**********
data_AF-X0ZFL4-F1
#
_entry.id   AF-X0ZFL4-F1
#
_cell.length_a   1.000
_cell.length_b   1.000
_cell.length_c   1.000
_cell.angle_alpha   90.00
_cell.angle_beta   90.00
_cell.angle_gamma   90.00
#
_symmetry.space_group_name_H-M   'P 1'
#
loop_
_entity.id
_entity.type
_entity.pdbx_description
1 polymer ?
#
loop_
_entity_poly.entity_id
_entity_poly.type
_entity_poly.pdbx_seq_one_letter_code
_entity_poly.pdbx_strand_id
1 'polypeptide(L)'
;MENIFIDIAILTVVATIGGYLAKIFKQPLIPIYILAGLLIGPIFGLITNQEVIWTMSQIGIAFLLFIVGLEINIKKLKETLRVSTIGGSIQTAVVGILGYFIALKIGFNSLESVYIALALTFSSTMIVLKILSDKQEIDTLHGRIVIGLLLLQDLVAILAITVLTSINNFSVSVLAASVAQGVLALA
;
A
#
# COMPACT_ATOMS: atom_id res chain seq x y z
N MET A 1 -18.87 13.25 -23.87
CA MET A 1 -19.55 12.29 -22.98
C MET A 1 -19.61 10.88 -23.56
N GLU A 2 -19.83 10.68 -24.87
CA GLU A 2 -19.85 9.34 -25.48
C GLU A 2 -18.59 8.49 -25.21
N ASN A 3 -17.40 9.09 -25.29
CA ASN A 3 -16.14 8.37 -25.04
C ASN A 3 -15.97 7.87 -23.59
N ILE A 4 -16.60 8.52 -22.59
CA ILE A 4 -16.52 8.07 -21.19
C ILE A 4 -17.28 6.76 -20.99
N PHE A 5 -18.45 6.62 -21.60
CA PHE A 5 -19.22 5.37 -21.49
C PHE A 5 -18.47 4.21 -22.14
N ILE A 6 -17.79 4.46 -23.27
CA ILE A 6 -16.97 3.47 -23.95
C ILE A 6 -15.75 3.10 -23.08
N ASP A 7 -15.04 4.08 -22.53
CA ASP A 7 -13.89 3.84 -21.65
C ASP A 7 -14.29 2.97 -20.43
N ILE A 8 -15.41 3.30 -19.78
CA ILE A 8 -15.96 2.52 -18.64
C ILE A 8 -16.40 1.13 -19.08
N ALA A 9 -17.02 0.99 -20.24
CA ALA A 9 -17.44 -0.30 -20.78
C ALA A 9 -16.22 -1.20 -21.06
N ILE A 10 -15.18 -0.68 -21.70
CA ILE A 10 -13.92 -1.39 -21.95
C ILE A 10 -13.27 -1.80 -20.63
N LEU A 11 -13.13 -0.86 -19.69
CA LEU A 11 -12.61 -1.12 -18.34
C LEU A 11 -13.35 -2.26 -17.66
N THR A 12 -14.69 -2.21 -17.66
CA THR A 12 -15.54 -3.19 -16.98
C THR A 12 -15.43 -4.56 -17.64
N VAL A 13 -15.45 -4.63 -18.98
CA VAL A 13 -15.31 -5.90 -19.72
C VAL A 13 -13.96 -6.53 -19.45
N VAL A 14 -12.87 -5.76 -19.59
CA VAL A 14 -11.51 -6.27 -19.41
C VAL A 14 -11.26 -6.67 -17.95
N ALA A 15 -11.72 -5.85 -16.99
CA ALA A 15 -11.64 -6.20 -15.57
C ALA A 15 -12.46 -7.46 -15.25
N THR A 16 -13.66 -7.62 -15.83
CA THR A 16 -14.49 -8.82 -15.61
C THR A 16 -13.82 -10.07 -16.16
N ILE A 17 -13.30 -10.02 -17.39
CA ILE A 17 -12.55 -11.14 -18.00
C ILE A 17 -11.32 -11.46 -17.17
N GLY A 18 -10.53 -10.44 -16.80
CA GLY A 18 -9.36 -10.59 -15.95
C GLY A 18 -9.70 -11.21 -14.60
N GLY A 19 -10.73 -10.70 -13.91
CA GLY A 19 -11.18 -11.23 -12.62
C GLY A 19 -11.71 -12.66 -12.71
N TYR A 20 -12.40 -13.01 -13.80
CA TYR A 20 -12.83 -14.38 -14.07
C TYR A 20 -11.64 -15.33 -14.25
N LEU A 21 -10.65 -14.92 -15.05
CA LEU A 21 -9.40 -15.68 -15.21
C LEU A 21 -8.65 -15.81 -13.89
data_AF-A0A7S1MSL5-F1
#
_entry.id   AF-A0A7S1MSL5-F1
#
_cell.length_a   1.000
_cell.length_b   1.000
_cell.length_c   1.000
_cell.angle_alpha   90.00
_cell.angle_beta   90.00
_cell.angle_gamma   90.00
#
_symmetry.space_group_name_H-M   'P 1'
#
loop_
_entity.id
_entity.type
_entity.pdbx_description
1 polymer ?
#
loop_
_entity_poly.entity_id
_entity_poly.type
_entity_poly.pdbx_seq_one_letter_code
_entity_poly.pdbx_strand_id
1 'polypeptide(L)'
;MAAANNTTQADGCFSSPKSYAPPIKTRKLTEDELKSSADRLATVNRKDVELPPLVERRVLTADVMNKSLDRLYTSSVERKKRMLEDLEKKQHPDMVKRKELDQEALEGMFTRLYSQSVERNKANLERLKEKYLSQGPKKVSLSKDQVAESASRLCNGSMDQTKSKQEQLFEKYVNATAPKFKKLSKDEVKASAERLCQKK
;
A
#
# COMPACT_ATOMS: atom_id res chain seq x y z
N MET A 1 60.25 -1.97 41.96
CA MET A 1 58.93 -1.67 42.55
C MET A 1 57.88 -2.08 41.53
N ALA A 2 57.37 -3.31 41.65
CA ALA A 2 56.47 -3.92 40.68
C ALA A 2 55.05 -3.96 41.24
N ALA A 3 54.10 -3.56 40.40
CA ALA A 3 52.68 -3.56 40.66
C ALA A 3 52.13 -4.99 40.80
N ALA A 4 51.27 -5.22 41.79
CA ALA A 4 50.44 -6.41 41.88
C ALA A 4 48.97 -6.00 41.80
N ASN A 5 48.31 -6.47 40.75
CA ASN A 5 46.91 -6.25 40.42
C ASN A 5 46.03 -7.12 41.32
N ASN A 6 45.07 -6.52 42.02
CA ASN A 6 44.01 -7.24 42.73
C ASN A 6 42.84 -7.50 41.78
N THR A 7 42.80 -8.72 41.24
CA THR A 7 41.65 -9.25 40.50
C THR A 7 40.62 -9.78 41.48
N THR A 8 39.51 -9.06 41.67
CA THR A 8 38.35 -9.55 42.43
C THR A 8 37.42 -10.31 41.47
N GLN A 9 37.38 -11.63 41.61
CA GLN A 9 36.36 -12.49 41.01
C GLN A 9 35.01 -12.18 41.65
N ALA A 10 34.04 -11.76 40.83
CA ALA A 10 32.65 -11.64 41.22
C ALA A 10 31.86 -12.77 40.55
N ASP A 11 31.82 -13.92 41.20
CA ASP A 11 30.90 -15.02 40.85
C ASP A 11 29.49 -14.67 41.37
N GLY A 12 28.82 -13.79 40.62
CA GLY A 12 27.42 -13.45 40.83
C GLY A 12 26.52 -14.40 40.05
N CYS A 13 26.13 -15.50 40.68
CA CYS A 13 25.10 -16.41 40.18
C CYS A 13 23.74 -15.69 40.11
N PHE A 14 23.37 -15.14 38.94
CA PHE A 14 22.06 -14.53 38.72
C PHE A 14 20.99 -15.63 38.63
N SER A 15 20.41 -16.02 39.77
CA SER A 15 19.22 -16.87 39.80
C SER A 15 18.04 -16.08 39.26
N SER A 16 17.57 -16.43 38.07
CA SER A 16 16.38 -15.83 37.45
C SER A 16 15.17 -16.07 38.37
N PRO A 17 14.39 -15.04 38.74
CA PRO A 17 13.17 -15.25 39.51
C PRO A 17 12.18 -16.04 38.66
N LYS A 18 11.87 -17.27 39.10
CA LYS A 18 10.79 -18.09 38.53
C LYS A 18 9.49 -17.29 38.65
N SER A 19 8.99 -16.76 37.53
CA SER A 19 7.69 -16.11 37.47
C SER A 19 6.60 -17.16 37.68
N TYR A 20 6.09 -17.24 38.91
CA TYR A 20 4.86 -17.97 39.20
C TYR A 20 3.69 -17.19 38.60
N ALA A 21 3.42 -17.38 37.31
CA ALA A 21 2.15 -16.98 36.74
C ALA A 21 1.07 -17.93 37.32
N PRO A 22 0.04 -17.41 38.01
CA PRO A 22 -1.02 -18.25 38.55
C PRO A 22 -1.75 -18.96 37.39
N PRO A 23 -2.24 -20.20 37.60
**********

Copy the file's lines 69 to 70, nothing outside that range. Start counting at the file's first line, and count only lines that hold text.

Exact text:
C VAL A 13 -13.96 -6.53 -19.45
N VAL A 14 -12.87 -5.76 -19.59